I of course think that you should spend as much time close to your baby as you can, bonding with skin to skin and enjoying your first moments together. Unfortunately that’s not always possible though, as some babies might have to spend some time at the NICU. Also, it’s a good feeling knowing that Lulla is at least there with your baby when you need a little time for yourself, showering or taking a nap. The other parent can also bond with the baby with skin to skin, but he/she might have to go home soon after the birth, to take care of siblings or even go to work already.
Lulla doll can also be a beautiful gift to or from sibling(s). Exchanging gifts is a great way to help older children create a bond with the baby.
Some hospitals provide diapers and wipes for the baby. You might want to contact your hospital to make sure you don’t have to bring this yourself. If you bring your own diapers I recommend purchasing 2 different sizes and take both packages with you (you can keep the larger one in the car) in case the baby is born larger than the average birth size. Some mothers want to use cloth diapers and in that case you’ll definitely want to bring a few of them to the hospital. You can also make your own baby wipes at home and bring them to the hospital in a suitable box.
You’ll defInitely use burp cloths a LOT in the coming months, already at the hospital. You can also bring muslins instead, which can not only be used as burp cloths, but also as swaddles and a light blanket if it’s chilly at the hospital.
As you don’t know the size of the baby yet, you should bring clothes in at least two sizes, for example for newborn and for 0-3 months old. Seriously though, my son was born 12 pounds, 2 ounces and 22 inches, and didn’t fit into any of the clothes brought to the hospital!
One-piece clothes are the easiest to put on the baby when it’s newborn, so I recommend bringing 2-3 onesies and 2-3 sleep suits. If you use a sleep sack you might not need as many sleep suits though, although it’s great to use them whenever, not only during sleep. It’s good to bring a few pairs of socks also, especially if the sleep suits are not closed over the feet, and/or tights/leggings to wear with the onesies.
Most people like to bring special clothes for the trip home, an outfit you’ll love to put on your baby and take some photos of. You’ll cherish this moment every time you take a look at these photos and although it’s probably unnecessary to have a special outfit for this purpose you can hopefully keep on using it for the coming weeks or you can use it for other babies’ trip home as well. Remember to consider weather conditions when you choose the coming home outfit.
Some of the newborn one-suits have built-in mittens but if the ones you are bringing to the hospital don’t have ones built in you might want to pack a pair or two of baby scratch mittens, so your baby doesn’t scratch it’s face at the hospital. Newborn babies usually have very sharp nails and you might not be able to shorten them already.
A lot of hospitals put standard knit hats, owned by the hospital, on newborn babies to make sure their head is warm. You might want to use a particular hat you own or perhaps you feel it’s too warm for wearing a knit hat the whole time at the hospital. In that case you can bring one from home, perhaps a thin hat for wearing inside. In some stores you can purchase a whole set of clothes, including a hat, or just a pair of sleep suit and hat or swaddle and hat in the same look. Remember to have a hat for the trip home that is suitable for the weather conditions.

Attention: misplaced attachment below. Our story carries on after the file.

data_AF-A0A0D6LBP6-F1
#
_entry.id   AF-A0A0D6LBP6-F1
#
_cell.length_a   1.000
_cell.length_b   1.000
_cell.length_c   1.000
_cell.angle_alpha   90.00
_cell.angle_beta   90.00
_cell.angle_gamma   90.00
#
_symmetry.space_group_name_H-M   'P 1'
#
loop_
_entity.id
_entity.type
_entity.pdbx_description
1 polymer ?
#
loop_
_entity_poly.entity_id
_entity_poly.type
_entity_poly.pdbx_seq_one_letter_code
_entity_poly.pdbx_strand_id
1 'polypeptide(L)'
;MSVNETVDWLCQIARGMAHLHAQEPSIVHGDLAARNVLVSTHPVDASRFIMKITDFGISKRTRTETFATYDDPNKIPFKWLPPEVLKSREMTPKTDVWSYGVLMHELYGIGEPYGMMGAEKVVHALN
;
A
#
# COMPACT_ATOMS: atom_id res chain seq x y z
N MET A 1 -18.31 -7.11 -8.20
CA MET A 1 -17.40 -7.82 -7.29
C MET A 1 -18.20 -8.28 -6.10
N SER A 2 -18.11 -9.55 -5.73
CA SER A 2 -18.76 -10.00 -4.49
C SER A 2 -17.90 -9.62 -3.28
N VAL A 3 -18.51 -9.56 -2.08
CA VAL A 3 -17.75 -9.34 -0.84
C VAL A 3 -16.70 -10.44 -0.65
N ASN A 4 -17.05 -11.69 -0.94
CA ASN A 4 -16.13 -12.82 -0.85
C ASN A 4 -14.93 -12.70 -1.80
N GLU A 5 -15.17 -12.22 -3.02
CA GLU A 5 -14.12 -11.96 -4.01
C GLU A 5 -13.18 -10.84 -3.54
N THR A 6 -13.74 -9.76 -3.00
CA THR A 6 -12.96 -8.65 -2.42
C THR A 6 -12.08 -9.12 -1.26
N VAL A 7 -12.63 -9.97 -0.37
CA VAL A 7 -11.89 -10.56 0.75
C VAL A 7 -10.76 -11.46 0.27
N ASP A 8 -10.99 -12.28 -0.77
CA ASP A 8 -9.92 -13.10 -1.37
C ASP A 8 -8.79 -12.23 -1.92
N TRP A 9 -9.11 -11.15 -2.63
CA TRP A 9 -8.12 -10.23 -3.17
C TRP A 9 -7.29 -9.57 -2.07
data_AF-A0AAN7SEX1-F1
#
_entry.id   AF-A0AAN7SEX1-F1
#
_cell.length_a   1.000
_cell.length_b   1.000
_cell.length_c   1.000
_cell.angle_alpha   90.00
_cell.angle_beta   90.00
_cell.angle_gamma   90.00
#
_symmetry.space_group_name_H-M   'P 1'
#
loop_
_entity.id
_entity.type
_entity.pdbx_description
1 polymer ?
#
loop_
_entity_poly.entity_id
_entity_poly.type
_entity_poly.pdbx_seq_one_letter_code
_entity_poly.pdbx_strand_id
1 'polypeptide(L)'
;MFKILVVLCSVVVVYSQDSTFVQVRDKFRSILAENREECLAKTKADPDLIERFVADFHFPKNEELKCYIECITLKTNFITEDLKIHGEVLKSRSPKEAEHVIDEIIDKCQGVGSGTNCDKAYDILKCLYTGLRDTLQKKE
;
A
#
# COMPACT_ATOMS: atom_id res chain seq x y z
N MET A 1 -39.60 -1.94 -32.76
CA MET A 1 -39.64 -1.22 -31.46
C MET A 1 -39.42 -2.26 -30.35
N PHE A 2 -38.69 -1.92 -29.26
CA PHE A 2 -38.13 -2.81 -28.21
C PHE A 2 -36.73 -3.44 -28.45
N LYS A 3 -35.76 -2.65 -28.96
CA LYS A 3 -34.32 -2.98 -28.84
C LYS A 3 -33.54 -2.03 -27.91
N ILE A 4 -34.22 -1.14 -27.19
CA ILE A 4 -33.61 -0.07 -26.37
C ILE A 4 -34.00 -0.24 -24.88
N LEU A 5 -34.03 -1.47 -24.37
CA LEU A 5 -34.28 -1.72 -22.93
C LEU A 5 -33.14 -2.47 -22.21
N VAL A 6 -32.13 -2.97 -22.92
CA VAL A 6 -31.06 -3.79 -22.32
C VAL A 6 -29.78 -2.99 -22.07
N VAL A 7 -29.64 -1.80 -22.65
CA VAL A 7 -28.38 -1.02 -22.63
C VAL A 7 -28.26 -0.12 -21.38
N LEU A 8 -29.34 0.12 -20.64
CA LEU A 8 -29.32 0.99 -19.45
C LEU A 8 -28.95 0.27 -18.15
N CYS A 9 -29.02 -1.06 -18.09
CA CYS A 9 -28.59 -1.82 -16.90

As with so many other things, there are benefits and also some risks in using pacifiers. Some midwives don't recommend using pacifiers until the baby has successfully latched on and settled into an effective nursing routine, as the baby’s sucking patterns might change when a pacifier is introduced. This is called a nipple confusion. There is some research to suggest that use of pacifiers can reduce the risk of SIDS and it might help your baby feel more secure.
If you decide to offer a pacifier to your baby from birth, we recommend that you bring more than one, even different brands, as they’re easy to lose, they are always falling on the dirty ground (seriously) and your baby might prefer one type over another.
A blanket from home might be nice to keep your baby warm at the hospital, especially if you don’t bring a swaddle or muslin to wrap them with. Make sure you don’t leave your baby lying alone in the hospital bassinet with a blanket on unattended though.
Some like to get the baby used to being swaddled already when newborn. If that’s something you’d prefer you should bring a swaddle blanket, or a large muslin you can swaddle your baby in, to the hospital. If you’re not comfortable learning the swaddling techniques so early you can also bring an easy-to-use velcro swaddle.
This list is just for support. You might not feel that you need to bring all of these items and perhaps you know that your hospital provides a number of them. But it’s a very useful list to go through and to think about what you might have to pack. Perhaps you’ll see some necessary items you even forgot to buy!
Have fun packing!
- Sunna, at RoRo